Now for the other part of the minor, that the forementioned Fathers did believe and teach this doctrine. And first for Papias, that he taught it, is confessed by Eusebius, the enemy of this doctrine, (1. 3. Hist. Eccl. c. 33.) in these words: " Other things besides the same author (Papias) declares, that they came to him as it were by unwritten tradition, wherein he affirms, that after the resurrection of all flesh from the dead, there shall be a kingdom of Christ continued and established for a thousand years upon earth, after a human and corporeal manner." The same is confessed by

St. Hierome, another enemy to this opinion (De Script. Eccles. s. 29.): "Papias, the auditor of John bishop of Hierapolis, is said to have taught the Judaical tradition of a thousand years, whom Irenæus and Apollinarius followed." And in his preface upon the commentaries of Victorinus upon the Apocalypse, thus he writes: "Before him Papias, bishop of Hierapolis, and Nepos, bishop in the parts of Egypt, taught as Victorinus does, touching the kingdom of the thousand years.”

The same is testified by Irenæus (lib. 5. cont. Hær. c. 33.), where having at large set forth this doctrine, he confirms it by the authority of Papias, in these words: "Papias also, the auditor of John the familiar friend of Polycarpus, an ancient man, hath testified by writing these things in the fourth of his books; for he hath written five." And concerning Papias thus much.

That Justin Martyr was of the same belief is confessed by Sixtus Senensis Biblioth. Stæ. 1. 6. an. 347; by Faverdentius, in his premonition before the five last chapters of the fifth book of Irenæus; and by Pamelius, in Antidoto ad Tertull. Parad. Paradox. 14.

That St. Melito, bishop of Sardis, held the same doctrine, is confessed by Pamelius in the same place: and thereupon it is, that Gennadius Massiliensis, in his book De Eccles. Dogmatibus, calls the followers of this opinion Melitani; as the same Pamelius testifies in his notes upon that fragment of Tertullian, De Spe Fidelium.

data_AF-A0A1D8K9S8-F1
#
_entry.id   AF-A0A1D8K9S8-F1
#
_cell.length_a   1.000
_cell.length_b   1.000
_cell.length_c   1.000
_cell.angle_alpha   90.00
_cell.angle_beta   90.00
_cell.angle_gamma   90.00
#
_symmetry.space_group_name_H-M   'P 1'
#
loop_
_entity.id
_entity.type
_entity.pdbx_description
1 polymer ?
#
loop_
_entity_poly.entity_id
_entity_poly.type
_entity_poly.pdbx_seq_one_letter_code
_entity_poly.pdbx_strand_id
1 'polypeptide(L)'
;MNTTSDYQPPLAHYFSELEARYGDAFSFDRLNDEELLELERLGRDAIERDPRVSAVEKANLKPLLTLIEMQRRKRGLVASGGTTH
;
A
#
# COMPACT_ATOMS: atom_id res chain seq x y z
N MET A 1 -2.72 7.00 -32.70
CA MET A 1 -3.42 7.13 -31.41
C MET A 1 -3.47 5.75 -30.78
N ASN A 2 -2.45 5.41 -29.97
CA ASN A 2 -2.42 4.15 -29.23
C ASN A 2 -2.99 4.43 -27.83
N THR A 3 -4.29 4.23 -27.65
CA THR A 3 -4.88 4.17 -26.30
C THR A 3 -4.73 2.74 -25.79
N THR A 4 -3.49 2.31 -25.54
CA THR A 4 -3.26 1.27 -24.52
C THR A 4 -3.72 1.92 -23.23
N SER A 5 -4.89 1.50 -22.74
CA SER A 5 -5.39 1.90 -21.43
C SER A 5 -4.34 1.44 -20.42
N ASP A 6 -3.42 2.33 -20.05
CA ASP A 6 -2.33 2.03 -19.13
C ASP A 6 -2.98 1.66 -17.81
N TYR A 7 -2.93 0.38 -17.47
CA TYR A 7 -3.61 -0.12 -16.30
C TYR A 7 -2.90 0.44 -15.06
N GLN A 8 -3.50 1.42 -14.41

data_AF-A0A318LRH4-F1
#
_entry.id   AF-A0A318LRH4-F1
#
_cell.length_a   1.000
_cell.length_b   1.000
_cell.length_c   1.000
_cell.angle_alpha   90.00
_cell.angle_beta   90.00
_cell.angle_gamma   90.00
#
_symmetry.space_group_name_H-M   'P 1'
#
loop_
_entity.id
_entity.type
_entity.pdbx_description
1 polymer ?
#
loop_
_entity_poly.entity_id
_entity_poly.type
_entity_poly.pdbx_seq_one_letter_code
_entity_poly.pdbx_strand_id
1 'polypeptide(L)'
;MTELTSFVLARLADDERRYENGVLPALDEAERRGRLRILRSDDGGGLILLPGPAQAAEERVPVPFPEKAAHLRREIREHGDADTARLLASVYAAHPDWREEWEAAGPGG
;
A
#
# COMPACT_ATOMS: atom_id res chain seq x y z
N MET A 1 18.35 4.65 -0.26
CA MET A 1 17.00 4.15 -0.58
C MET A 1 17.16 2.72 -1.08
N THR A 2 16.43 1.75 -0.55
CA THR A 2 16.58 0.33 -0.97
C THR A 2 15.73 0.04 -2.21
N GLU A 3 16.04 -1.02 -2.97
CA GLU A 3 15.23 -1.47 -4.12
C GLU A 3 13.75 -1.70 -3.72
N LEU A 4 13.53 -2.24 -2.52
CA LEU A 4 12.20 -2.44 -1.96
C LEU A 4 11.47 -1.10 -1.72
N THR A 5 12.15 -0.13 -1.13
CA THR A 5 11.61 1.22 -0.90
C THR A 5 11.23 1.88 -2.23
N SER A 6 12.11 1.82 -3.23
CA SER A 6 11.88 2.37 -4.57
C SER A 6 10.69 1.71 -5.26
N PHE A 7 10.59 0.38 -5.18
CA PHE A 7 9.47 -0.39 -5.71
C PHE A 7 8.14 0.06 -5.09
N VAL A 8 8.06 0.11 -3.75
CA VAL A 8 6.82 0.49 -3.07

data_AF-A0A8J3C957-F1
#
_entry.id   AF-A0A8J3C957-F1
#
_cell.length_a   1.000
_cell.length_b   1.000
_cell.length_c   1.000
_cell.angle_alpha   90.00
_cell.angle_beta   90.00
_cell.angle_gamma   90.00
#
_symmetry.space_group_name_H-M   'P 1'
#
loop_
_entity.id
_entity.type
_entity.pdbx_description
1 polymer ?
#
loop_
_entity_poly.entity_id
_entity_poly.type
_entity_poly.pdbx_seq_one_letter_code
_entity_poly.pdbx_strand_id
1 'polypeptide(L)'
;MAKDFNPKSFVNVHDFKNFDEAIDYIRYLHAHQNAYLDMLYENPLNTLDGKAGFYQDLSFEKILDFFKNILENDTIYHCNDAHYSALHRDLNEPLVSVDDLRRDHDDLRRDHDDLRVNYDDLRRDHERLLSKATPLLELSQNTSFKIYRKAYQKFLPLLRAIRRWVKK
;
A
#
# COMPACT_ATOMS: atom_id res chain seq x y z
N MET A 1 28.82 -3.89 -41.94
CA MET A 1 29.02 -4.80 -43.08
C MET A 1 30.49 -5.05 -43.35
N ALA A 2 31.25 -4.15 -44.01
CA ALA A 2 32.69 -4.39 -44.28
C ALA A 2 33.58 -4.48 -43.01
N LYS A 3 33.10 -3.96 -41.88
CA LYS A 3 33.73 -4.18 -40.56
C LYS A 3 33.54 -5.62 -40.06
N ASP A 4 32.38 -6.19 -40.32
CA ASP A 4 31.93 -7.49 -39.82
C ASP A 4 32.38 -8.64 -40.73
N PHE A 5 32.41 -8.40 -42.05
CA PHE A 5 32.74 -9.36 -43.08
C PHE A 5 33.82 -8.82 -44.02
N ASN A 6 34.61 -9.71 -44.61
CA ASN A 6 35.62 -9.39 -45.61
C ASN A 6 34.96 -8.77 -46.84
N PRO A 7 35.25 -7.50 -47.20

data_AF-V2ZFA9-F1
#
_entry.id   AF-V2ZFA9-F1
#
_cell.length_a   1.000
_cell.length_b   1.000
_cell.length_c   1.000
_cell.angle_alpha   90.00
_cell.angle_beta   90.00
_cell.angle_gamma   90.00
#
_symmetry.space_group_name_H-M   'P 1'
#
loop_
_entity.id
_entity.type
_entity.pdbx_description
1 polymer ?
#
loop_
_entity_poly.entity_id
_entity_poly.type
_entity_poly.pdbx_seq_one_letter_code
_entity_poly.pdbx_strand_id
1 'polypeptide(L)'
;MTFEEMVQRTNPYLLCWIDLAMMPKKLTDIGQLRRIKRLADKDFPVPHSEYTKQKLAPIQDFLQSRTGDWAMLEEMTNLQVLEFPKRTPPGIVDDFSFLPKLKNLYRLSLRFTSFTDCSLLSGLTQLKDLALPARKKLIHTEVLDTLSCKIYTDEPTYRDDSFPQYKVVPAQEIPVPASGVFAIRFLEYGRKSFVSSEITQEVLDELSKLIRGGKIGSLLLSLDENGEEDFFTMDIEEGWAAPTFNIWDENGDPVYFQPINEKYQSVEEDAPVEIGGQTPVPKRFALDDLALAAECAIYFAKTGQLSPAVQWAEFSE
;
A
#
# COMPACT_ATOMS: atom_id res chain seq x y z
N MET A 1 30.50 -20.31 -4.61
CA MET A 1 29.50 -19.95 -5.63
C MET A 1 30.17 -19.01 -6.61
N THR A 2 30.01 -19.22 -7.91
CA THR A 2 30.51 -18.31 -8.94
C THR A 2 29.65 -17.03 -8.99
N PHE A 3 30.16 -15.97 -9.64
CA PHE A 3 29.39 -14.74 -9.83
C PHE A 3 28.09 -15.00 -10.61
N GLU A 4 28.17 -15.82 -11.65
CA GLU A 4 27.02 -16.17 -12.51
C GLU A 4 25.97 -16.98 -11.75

Irenæus his faith in this point is likewise confessed by Eusebius in the place before quoted, in these words: "He (Papias) was the author of the like error to most of the writers of the church, who alleged the antiquity of the man for a defence of their side, as to Irenæus,

and whosoever else seemed to be of the same opinion with him. By St. Hierome, in the place above cited, De Script. Eccles. s. 29. Again, in lib. Ezek. xi. in these words: "For neither do we expect from heaven a golden Hierusalem, according to the Jewish tales, which they call Deuterosis, which also many of our own have followed; especially Tertullian, in his book De Spe Fidelium; and Lactantius in his seventh book of Institutions, and the frequent expositions of Victorinus Pictavionensis; and of late Severius, in his dialogue, which he calls Gallus; and to name the Greeks, and to join together the first and last, Irenæus and Apollinarius." Where we see he acknowledges Irenæus to be of this opinion; but that he was the first that held it, I believe that that is more a Christian untruth, than Irenæus his opinion a Judaical fable. For he himself acknowledges in the place above cited, that Irenæus followed Papias; and it is certain and confessed, that Justin Martyr believed it long before him: and Irenæus himself derives it from presbyteri, qui Johannem discipulum Domini viderunt; "from priests, which saw John the disciple of the Lord." Lastly, by Pamelius, Sixtus Senensis, and Faverdentius, in the places above quoted.

Seeing therefore it is certain, even to the confession of the adversaries, that Papias, Justin Martyr, Melito, and Irenæus, the most considerable and eminent men of their age, did believe and teach this doctrine; and seeing it has been proved as evidently as a thing of this nature can be, that none of their contemporaries opposed or condemned it; it remains, according to cardinal Perron's first rule, that this is to be esteemed the doctrine of the church of that age.

My second reason I form thus: Whatsoever doctrine is taught by the Fathers of any age, not as doctors,